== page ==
Kinetic Worship, University Towers. Photo credit: Jackson John
Hosted every Thursday evening at 8 p.m. by the University Towers (UT) residence hall, in conjunction with the Andrews University Graduate Student Association (AUGSA), the program features music, a speaker and food. Student dean JJ Martinez and AUGSA chaplain Stephen Farr lead the worship, aiming to make it an experience through which older students and graduate students can hear the Word of God, develop a relationship with Him and forge connections with each other.
Prior to the COVID-19 pandemic, offers of food and fellowship at Kinetic Worship attracted over 100 people a week. The gatherings presented the dual opportunity to get acquainted with others and experience God’s presence. While the pandemic brought a multitude of changes to how the program operated, the leaders of Kinetic Worship worked hard to make sure it remained an authentic space for connection. Christina Hunter, director/dean of University Towers, explains, “We’ve had to amend things greatly due to COVID, but we’ve continued to push forward and provide worship, food and fellowship in safe ways.”
In addition to following safety guidelines such as face coverings, physical distancing and occupancy limits for the in-person services, Kinetic Worship has been made available online. While integrating technology to livestream the program involved a heavy learning curve, the UT team worked hard to ensure the program can now be accessed through both Zoom and Facebook for students who prefer to attend virtually.
This year, the worship service centers around the theme, “God, Make Me Brave.” Students, faculty and staff are invited to share their stories with the group, allowing a safe space for expression. A variety of topics, from resiliency journeys to missions, are covered, each providing the opportunity for attendees to hear how God has moved in somebody's life. After each message, individuals gather safely for a time to discuss what they’ve heard.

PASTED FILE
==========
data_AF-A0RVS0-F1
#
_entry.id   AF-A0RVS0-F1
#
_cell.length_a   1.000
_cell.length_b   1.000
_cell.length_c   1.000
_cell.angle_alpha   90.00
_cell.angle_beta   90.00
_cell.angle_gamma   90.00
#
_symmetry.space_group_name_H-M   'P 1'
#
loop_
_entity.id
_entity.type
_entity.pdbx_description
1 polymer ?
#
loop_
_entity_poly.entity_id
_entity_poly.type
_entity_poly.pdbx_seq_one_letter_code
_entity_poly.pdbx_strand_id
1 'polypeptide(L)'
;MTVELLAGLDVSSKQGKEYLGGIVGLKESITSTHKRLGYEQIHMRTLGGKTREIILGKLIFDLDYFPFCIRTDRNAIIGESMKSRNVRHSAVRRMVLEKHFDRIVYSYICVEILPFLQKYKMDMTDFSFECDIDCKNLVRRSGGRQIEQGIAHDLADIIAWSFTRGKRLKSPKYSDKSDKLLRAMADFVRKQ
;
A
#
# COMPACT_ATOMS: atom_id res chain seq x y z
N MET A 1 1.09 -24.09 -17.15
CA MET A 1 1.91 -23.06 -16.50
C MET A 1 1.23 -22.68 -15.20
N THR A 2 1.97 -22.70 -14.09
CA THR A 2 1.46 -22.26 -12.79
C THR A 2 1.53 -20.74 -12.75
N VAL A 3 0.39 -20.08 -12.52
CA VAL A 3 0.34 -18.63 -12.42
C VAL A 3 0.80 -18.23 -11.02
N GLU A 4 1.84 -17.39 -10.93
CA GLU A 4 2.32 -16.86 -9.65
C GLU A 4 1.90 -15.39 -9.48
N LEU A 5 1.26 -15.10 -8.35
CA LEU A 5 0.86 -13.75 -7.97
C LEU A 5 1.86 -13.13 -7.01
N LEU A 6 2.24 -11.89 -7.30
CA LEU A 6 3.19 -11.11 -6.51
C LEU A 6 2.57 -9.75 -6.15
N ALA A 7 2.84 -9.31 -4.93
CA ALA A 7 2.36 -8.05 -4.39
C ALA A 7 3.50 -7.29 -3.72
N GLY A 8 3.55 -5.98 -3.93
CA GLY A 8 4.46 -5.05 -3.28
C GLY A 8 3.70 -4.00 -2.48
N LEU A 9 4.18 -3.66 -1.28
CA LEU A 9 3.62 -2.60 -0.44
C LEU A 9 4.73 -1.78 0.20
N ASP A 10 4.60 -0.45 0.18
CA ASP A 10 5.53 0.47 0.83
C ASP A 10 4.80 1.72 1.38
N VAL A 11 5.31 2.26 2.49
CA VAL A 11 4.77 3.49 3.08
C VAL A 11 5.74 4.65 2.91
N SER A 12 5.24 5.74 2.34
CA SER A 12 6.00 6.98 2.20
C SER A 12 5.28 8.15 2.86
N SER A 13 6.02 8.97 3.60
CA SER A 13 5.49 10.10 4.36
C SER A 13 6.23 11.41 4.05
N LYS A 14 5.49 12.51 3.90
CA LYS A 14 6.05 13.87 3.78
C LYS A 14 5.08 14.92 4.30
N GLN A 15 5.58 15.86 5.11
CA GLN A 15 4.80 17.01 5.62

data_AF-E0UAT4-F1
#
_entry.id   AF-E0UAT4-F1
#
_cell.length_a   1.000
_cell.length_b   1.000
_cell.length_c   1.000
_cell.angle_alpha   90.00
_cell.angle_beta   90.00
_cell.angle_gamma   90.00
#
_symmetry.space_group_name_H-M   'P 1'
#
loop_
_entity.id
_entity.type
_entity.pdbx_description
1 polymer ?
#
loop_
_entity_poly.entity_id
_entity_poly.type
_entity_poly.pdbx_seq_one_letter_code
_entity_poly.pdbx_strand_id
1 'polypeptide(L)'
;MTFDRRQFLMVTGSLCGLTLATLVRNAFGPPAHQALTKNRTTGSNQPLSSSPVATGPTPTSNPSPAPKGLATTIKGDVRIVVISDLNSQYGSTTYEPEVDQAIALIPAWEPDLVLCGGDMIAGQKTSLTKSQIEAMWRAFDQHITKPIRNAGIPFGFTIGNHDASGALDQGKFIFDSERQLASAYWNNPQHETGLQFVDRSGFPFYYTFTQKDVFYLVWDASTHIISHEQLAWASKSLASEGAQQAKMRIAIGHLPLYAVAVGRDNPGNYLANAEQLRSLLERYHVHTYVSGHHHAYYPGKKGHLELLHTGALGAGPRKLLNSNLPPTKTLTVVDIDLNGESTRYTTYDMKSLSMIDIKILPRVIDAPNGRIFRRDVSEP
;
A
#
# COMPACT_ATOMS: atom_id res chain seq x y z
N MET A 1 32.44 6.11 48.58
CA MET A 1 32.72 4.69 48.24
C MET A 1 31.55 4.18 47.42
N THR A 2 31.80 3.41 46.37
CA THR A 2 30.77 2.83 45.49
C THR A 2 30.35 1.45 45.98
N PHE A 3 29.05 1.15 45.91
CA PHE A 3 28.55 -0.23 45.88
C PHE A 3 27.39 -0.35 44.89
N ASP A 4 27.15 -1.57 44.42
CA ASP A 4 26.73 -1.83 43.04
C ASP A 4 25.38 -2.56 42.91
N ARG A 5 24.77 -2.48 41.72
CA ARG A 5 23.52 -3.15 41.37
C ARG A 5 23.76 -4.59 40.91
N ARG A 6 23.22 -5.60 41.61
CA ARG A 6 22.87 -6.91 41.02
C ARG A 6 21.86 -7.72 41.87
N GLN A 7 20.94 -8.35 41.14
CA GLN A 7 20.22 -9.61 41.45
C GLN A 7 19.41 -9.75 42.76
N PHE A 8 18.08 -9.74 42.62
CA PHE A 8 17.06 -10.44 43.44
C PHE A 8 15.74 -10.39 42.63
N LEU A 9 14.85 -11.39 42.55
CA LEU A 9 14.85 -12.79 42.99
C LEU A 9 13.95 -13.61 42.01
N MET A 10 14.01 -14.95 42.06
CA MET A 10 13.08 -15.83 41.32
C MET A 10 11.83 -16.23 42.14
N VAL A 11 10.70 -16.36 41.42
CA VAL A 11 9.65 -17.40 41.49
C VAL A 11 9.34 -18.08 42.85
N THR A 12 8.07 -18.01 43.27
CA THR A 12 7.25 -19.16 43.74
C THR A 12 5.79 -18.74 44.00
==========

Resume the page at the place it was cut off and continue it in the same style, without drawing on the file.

Dehkontee Reeves, a regular participant, enjoys the service as a space to pause, take a break, and be with others. She enthuses, “I attend Kinetic Worship because I enjoy community and worship. I love that every Thursday I get to hear personal stories and testimonies from one of my peers and sometimes professors or special guests. I think it’s very inspirational and empowering to see people go up there and be willing to share part of their story with us!”
As the program moves forward, the leaders of Kinetic Worship hope that students will continue to benefit from growing relationships with each other and with God. In reflecting upon the most rewarding part of being a student leader in the Kinetic Worship experience, JJ points to the moments following the service when he is able to watch people react to the message and fellowship with each other. He says, “I pray that our students see our worship service as a way to connect with a God that loves them so much and wants to have a relationship with them. I want them to know that God is on their side and will never leave them.”
Isabella Koh, University Communication student writer, Andrews University